The brain of Turkana Boy was 900 cc, two times the size of chimps and 75% the size of modern humans. There is also evidence showing Turkana Boy had a fully modern Broca’s Area which controls memory, executive functions, and motor actions of speech. This was a dramatic jump in brain volume and capability which could have accounted for the increase in intellect and possibly speech usage. The problem with bigger brains is more energy needed to support it; luckily H. erectus had an answer for that. Having the ability to run on two legs was much more efficient than on four. Along with two legs they also had much less body hair than ever before which allowed for sweating. These two combined meant H. erectus could efficiently chase down four legged prey to the point of exhaustion while H. erectus could sweat to stay cool. This greatly increased hunting which provided meat, containing fats and proteins, to support the caloric intake needed for their brains.
Religion is a trait humans have possessed throughout all of civilization, but civilization only really goes back about 10,000 years. There is evidence pointing to H. heidelbergensis burying their dead together with a ceremony involved. In Northern Spain at the Pit of Bones there are many skeletal remains found in a deep cave indicating H. heidelbergensis dropped them down the pit in some sort of ritual. Scientists have also found a pink quartz hand axe buried along with them indicating a possible offering to a sort of god or a belief in a life after death.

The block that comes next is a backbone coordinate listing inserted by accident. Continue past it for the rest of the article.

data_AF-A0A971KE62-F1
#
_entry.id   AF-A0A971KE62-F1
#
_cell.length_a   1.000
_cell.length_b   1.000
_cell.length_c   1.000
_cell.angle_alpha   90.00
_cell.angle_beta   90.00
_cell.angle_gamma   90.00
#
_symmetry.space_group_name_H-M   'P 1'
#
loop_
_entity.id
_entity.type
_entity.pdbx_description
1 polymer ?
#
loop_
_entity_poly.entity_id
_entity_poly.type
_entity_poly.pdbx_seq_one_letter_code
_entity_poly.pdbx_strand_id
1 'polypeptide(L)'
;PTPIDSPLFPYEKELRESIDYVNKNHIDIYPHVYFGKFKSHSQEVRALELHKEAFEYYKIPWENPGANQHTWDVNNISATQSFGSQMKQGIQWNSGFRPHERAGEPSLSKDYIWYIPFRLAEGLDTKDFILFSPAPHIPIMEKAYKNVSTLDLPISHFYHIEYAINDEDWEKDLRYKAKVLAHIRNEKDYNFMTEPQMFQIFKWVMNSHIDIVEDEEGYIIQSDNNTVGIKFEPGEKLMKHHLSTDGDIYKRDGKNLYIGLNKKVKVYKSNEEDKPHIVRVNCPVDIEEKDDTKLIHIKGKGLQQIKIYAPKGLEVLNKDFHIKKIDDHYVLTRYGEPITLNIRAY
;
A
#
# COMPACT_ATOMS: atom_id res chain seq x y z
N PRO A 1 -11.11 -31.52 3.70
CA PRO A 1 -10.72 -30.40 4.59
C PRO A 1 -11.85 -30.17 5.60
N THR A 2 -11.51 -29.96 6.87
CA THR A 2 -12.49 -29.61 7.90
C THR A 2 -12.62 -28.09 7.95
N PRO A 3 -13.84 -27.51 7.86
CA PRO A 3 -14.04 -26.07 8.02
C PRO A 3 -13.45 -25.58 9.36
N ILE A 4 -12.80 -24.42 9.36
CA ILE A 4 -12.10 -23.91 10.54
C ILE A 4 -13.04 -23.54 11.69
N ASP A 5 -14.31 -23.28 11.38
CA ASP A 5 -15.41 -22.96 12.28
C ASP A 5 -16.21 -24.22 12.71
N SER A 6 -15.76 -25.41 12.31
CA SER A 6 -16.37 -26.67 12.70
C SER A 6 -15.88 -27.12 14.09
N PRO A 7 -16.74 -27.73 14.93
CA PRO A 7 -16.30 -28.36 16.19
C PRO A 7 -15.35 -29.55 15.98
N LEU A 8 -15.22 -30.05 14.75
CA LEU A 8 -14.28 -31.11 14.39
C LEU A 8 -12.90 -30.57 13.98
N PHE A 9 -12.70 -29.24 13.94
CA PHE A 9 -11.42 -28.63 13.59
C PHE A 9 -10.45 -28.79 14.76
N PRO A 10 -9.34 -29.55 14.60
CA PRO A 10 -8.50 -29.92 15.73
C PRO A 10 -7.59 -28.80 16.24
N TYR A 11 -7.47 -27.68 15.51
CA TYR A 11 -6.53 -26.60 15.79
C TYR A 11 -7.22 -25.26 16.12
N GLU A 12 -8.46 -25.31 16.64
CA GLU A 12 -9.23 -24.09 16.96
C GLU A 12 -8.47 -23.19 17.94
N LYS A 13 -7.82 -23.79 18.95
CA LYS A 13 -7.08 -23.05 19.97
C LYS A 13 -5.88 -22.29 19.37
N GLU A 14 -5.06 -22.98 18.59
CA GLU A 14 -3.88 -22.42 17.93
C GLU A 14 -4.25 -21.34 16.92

There is evidence showing the brain volume to be 1100-1400 cc, larger than that of modern humans. Researchers believe H. heidelbergensis was capable of planning, symbolic behavior, and was the first species to build substantial shelters. There are some scientists that believe this species gave rise to both the Neanderthals and modern humans simply by traveling. About 300,000 to 400,000 years ago H. heidelbergensis traveled out of Africa and moved to what is now Europe, these ancestors became H. neanderthalensis while those who stayed in Africa developed into H. sapiens.
If there was one species of hominin that should have scared modern humans it was the Neanderthals. This species had brains slightly larger than H. sapiens, had thicker bodies, and were mostly carnivorous in their diets. Their Broca’s area of the brain was thoroughly human which indicates speech was possible. They may have had smaller parietal and temporal lobes which indicates thinking patterns, memory, and their ability to manipulate objects was less advanced than H. sapiens.